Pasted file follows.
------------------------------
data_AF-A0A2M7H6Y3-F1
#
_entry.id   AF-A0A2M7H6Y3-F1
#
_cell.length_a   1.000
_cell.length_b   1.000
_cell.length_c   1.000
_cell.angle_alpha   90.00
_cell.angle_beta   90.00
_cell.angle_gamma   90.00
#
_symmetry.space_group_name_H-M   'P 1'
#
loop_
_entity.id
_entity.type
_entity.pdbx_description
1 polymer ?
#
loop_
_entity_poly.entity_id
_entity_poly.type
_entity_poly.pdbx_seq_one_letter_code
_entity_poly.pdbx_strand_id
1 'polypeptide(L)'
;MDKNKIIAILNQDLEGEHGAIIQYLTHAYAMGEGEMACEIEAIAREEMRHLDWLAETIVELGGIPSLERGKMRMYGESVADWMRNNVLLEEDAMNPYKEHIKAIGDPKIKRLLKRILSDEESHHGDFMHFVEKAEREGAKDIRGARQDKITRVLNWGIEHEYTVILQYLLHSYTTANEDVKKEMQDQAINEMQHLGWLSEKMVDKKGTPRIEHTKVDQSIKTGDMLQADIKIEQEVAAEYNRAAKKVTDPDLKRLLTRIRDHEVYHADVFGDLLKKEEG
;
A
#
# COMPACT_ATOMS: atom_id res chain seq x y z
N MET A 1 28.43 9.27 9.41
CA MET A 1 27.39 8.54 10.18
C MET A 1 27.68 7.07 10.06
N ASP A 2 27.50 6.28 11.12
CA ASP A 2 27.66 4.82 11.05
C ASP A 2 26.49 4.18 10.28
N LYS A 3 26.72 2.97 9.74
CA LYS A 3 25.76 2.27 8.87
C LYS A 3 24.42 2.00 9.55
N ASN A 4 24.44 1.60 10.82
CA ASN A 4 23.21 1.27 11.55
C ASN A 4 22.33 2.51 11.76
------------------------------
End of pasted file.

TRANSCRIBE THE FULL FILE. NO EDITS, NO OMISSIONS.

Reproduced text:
data_AF-A0A2M7H6Y3-F1
#
_entry.id   AF-A0A2M7H6Y3-F1
#
_cell.length_a   1.000
_cell.length_b   1.000
_cell.length_c   1.000
_cell.angle_alpha   90.00
_cell.angle_beta   90.00
_cell.angle_gamma   90.00
#
_symmetry.space_group_name_H-M   'P 1'
#
loop_
_entity.id
_entity.type
_entity.pdbx_description
1 polymer ?
#
loop_
_entity_poly.entity_id
_entity_poly.type
_entity_poly.pdbx_seq_one_letter_code
_entity_poly.pdbx_strand_id
1 'polypeptide(L)'
;MDKNKIIAILNQDLEGEHGAIIQYLTHAYAMGEGEMACEIEAIAREEMRHLDWLAETIVELGGIPSLERGKMRMYGESVADWMRNNVLLEEDAMNPYKEHIKAIGDPKIKRLLKRILSDEESHHGDFMHFVEKAEREGAKDIRGARQDKITRVLNWGIEHEYTVILQYLLHSYTTANEDVKKEMQDQAINEMQHLGWLSEKMVDKKGTPRIEHTKVDQSIKTGDMLQADIKIEQEVAAEYNRAAKKVTDPDLKRLLTRIRDHEVYHADVFGDLLKKEEG
;
A
#
# COMPACT_ATOMS: atom_id res chain seq x y z
N MET A 1 28.43 9.27 9.41
CA MET A 1 27.39 8.54 10.18
C MET A 1 27.68 7.07 10.06
N ASP A 2 27.50 6.28 11.12
CA ASP A 2 27.66 4.82 11.05
C ASP A 2 26.49 4.18 10.28
N LYS A 3 26.72 2.97 9.74
CA LYS A 3 25.76 2.27 8.87
C LYS A 3 24.42 2.00 9.55
N ASN A 4 24.44 1.60 10.82
CA ASN A 4 23.21 1.27 11.55
C ASN A 4 22.33 2.51 11.76